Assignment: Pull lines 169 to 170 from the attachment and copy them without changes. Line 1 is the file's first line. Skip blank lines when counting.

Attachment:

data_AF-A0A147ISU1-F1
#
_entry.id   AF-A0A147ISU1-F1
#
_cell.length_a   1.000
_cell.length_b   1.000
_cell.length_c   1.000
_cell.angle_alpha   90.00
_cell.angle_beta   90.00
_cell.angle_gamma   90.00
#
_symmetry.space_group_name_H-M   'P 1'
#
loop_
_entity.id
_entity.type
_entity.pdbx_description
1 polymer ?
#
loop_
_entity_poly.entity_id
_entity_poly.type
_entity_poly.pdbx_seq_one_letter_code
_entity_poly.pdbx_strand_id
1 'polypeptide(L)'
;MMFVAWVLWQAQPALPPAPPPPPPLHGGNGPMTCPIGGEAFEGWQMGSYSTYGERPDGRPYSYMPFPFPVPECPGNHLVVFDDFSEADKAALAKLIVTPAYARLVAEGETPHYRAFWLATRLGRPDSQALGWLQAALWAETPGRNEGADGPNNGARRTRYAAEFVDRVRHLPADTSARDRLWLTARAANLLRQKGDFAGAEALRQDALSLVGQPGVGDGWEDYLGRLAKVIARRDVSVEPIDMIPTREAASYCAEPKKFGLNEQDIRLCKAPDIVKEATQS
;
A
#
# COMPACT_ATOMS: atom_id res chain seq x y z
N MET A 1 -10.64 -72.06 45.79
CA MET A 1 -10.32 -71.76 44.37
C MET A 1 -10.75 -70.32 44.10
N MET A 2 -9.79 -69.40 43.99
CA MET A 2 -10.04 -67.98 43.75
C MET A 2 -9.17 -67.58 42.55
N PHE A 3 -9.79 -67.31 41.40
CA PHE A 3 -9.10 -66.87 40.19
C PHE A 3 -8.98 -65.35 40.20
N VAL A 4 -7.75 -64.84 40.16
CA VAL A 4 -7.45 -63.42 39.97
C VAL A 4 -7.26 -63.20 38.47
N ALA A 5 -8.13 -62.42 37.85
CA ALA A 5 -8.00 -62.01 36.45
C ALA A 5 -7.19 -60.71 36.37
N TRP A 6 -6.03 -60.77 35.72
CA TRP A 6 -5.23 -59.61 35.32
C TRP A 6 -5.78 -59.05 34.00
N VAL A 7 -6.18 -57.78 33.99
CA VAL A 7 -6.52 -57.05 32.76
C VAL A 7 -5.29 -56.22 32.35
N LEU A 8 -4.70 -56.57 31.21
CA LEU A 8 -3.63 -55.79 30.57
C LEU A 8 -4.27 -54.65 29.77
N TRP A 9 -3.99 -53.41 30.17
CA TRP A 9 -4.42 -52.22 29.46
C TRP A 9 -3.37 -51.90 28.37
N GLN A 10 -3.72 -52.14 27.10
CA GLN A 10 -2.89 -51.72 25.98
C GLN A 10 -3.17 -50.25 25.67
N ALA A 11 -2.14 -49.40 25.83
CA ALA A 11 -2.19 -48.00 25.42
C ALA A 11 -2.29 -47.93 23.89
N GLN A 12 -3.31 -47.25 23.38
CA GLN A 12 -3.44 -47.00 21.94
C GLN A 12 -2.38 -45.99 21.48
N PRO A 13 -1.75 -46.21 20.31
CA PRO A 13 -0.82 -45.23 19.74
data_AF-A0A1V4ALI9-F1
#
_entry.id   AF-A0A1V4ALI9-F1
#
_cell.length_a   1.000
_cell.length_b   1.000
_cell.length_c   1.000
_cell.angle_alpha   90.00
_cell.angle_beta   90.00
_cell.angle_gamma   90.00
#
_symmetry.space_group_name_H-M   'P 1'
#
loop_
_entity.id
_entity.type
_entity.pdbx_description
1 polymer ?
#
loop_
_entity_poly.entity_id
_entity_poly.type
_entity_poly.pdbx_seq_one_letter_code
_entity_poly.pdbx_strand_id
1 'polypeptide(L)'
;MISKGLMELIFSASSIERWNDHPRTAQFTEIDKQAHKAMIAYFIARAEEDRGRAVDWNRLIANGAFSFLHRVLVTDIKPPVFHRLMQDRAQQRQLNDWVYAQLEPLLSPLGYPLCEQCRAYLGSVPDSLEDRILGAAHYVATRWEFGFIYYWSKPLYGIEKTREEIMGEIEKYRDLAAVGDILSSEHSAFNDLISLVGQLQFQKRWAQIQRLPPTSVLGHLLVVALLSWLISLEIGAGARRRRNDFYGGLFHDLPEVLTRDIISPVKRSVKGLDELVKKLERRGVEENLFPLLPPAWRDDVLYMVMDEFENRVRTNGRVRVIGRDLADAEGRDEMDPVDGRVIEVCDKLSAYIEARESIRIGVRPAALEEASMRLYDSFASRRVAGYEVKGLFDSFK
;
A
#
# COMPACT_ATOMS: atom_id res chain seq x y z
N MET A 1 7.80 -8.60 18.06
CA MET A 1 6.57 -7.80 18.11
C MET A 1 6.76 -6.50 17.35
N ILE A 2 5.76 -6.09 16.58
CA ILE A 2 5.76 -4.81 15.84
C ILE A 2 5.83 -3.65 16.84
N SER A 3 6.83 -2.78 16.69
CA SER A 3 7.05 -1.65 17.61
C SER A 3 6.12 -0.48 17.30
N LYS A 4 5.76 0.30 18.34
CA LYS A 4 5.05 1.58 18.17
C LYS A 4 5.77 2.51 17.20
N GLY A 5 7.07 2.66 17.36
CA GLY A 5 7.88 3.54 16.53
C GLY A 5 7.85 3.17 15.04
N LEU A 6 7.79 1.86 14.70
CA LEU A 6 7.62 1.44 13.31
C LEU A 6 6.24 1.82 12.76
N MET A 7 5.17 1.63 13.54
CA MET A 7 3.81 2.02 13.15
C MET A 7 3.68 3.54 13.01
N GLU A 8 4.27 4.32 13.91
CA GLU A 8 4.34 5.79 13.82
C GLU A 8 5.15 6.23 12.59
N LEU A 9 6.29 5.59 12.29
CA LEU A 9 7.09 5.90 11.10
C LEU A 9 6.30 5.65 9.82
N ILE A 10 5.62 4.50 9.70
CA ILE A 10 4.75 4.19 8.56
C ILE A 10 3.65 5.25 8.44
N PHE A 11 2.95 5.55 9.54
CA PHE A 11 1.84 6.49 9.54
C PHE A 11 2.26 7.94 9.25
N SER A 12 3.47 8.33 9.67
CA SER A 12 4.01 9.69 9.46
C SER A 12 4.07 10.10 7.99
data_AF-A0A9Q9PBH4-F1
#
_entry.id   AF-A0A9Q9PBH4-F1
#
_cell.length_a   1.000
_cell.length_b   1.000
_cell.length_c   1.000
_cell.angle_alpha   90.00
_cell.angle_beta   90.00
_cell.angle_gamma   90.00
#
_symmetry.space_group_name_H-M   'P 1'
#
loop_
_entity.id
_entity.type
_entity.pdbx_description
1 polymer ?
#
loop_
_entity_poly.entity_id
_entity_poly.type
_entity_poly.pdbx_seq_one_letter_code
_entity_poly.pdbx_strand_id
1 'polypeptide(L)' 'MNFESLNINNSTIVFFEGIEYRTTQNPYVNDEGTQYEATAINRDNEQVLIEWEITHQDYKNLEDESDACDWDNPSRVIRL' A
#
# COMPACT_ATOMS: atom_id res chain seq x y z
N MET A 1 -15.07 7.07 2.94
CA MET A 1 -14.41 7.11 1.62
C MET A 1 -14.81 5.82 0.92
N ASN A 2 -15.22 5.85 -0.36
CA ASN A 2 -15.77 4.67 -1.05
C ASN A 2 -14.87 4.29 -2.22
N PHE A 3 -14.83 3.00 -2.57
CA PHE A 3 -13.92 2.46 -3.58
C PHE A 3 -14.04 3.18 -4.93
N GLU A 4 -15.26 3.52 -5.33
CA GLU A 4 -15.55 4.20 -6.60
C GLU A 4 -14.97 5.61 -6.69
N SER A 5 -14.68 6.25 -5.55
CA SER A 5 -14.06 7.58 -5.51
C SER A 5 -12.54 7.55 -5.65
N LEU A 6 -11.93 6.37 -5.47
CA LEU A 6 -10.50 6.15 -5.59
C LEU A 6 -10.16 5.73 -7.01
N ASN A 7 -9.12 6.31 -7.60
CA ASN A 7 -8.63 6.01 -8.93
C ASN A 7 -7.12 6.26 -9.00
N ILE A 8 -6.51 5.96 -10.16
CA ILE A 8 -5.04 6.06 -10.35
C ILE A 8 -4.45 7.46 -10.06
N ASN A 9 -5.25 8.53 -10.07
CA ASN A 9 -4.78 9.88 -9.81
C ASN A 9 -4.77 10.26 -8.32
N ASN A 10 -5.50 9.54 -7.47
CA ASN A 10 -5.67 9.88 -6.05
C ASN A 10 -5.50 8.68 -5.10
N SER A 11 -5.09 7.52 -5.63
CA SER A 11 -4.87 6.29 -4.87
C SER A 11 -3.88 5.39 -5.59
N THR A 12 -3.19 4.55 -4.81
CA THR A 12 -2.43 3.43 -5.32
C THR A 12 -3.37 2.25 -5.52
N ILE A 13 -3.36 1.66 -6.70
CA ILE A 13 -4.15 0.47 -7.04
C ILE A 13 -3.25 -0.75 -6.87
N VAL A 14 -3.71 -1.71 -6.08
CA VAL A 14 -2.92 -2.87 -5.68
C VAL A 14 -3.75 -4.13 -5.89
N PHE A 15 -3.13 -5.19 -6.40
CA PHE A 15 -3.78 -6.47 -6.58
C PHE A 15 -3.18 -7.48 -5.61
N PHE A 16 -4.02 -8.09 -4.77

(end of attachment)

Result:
CA PHE A 3 -13.92 2.46 -3.58
C PHE A 3 -14.04 3.18 -4.93